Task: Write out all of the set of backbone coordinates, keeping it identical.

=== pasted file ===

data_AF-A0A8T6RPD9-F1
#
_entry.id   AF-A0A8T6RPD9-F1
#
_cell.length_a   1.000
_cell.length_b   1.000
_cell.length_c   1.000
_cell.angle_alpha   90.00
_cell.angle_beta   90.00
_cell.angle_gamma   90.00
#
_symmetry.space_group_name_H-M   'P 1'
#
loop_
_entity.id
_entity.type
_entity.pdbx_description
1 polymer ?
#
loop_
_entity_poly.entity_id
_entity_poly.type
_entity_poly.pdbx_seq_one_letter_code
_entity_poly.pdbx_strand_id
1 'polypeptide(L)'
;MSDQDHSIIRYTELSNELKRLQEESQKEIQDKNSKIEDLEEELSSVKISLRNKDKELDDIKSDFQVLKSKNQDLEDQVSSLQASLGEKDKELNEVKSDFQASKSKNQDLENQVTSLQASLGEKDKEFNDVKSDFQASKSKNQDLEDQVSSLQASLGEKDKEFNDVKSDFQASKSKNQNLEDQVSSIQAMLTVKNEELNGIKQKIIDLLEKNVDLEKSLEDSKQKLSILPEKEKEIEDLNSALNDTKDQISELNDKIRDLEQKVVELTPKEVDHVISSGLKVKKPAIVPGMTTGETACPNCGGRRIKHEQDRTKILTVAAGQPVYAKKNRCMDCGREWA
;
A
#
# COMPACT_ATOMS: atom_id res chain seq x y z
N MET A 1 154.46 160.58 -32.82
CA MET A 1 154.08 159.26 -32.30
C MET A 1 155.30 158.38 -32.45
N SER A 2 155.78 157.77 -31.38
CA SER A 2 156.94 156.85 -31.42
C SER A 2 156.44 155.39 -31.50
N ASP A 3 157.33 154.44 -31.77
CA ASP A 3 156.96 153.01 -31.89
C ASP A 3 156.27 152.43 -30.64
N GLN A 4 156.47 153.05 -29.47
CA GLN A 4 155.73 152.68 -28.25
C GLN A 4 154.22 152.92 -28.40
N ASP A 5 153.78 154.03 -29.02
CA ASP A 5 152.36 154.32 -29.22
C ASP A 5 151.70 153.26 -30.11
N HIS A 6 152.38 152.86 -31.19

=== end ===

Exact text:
data_AF-A0A8T6RPD9-F1
#
_entry.id   AF-A0A8T6RPD9-F1
#
_cell.length_a   1.000
_cell.length_b   1.000
_cell.length_c   1.000
_cell.angle_alpha   90.00
_cell.angle_beta   90.00
_cell.angle_gamma   90.00
#
_symmetry.space_group_name_H-M   'P 1'
#
loop_
_entity.id
_entity.type
_entity.pdbx_description
1 polymer ?
#
loop_
_entity_poly.entity_id
_entity_poly.type
_entity_poly.pdbx_seq_one_letter_code
_entity_poly.pdbx_strand_id
1 'polypeptide(L)'
;MSDQDHSIIRYTELSNELKRLQEESQKEIQDKNSKIEDLEEELSSVKISLRNKDKELDDIKSDFQVLKSKNQDLEDQVSSLQASLGEKDKELNEVKSDFQASKSKNQDLENQVTSLQASLGEKDKEFNDVKSDFQASKSKNQDLEDQVSSLQASLGEKDKEFNDVKSDFQASKSKNQNLEDQVSSIQAMLTVKNEELNGIKQKIIDLLEKNVDLEKSLEDSKQKLSILPEKEKEIEDLNSALNDTKDQISELNDKIRDLEQKVVELTPKEVDHVISSGLKVKKPAIVPGMTTGETACPNCGGRRIKHEQDRTKILTVAAGQPVYAKKNRCMDCGREWA
;
A
#
# COMPACT_ATOMS: atom_id res chain seq x y z
N MET A 1 154.46 160.58 -32.82
CA MET A 1 154.08 159.26 -32.30
C MET A 1 155.30 158.38 -32.45
N SER A 2 155.78 157.77 -31.38
CA SER A 2 156.94 156.85 -31.42
C SER A 2 156.44 155.39 -31.50
N ASP A 3 157.33 154.44 -31.77
CA ASP A 3 156.96 153.01 -31.89
C ASP A 3 156.27 152.43 -30.64
N GLN A 4 156.47 153.05 -29.47
CA GLN A 4 155.73 152.68 -28.25
C GLN A 4 154.22 152.92 -28.40
N ASP A 5 153.78 154.03 -29.02
CA ASP A 5 152.36 154.32 -29.22
C ASP A 5 151.70 153.26 -30.11
N HIS A 6 152.38 152.86 -31.19